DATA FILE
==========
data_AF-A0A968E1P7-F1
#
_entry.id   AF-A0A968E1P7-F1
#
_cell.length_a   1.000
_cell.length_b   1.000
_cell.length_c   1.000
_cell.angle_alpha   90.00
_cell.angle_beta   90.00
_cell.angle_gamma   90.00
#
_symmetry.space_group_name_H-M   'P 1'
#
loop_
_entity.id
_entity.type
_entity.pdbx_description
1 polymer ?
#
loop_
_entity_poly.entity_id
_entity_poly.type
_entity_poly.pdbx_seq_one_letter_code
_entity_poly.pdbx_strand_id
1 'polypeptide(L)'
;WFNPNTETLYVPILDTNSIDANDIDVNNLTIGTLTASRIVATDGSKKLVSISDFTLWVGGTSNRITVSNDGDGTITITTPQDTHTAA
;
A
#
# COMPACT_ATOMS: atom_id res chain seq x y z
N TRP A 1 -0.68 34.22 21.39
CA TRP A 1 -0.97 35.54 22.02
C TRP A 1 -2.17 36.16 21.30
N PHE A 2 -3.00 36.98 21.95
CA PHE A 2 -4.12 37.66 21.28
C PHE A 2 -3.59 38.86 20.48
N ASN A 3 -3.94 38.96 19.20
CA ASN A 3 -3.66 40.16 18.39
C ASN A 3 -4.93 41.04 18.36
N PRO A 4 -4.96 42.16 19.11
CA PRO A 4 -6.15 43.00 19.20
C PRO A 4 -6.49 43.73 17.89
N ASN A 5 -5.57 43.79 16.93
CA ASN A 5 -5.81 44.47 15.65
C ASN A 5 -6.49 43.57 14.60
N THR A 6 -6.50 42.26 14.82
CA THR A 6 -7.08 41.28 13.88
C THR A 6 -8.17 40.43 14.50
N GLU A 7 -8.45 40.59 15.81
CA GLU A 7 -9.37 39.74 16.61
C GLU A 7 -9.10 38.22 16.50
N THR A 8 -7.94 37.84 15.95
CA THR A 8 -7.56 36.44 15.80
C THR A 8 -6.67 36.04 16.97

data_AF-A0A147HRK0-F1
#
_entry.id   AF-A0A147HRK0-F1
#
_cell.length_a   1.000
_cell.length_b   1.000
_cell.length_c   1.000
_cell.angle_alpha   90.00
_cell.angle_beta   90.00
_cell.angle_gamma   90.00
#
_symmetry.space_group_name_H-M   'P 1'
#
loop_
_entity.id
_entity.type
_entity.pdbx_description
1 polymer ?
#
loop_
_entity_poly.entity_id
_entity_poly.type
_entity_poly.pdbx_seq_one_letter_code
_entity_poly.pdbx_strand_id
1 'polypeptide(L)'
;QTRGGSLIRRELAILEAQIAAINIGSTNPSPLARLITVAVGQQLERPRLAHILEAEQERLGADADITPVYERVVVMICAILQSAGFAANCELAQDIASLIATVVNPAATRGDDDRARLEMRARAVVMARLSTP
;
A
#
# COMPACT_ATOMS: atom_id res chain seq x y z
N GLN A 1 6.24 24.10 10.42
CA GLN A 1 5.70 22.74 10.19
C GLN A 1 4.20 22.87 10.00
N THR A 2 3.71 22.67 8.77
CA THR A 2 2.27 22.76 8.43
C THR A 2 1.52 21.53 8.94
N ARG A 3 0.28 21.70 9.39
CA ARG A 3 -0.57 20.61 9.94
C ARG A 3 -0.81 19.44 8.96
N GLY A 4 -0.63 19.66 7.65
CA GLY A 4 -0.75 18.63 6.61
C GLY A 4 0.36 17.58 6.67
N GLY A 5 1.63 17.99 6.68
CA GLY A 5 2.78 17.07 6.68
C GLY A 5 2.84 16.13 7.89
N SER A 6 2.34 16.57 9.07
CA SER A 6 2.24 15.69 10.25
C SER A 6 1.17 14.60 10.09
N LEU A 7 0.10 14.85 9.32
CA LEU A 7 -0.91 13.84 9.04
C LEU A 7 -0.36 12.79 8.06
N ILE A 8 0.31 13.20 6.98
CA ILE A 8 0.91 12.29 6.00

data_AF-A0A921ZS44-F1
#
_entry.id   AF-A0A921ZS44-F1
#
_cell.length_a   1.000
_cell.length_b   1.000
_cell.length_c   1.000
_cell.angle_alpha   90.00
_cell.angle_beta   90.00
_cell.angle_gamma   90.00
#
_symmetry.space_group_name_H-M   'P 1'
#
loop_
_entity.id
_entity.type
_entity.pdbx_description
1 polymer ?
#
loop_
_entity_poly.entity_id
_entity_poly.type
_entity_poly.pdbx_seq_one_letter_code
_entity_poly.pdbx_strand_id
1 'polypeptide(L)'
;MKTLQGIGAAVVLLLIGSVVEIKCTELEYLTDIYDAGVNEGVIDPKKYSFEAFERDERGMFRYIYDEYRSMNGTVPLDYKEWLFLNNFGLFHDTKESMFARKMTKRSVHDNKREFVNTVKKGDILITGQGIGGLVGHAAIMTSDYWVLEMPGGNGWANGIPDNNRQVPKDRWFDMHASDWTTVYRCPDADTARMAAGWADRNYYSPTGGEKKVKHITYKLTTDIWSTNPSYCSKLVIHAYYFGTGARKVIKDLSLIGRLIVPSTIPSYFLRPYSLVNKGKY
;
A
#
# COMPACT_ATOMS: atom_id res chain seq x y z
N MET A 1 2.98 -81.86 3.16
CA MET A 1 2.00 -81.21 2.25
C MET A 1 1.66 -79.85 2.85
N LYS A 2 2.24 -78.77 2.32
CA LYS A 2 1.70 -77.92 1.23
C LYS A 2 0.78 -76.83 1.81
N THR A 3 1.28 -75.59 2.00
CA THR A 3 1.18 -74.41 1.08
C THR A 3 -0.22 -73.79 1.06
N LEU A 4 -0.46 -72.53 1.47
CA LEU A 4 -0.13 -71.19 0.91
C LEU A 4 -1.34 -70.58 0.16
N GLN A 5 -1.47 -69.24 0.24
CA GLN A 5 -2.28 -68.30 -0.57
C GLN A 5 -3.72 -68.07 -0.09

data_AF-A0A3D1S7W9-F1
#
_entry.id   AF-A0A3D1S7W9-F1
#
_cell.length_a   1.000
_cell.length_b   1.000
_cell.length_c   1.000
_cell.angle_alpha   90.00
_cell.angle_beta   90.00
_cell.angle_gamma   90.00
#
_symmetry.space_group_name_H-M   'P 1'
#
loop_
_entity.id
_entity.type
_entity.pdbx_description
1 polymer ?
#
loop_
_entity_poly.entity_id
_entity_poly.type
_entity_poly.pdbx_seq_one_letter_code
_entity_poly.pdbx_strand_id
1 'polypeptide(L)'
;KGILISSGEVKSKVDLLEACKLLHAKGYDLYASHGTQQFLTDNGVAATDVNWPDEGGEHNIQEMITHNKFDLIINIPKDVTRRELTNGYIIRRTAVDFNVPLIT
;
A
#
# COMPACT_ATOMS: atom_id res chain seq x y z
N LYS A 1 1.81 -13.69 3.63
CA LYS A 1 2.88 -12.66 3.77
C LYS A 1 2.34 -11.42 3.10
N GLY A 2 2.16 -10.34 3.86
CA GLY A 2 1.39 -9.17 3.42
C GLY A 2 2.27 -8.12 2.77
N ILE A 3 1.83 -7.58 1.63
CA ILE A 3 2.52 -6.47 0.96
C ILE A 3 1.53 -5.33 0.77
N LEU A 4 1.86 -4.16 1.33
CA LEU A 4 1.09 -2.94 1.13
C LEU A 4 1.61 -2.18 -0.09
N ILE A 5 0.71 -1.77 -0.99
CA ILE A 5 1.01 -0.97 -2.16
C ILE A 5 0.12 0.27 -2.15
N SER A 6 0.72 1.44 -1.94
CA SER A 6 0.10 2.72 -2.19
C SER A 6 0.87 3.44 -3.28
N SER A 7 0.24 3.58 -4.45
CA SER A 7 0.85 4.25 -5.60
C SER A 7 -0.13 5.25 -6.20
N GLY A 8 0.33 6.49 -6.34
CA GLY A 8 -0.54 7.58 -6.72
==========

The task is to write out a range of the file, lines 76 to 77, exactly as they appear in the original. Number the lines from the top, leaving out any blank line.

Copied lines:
_entity_poly.type
_entity_poly.pdbx_seq_one_letter_code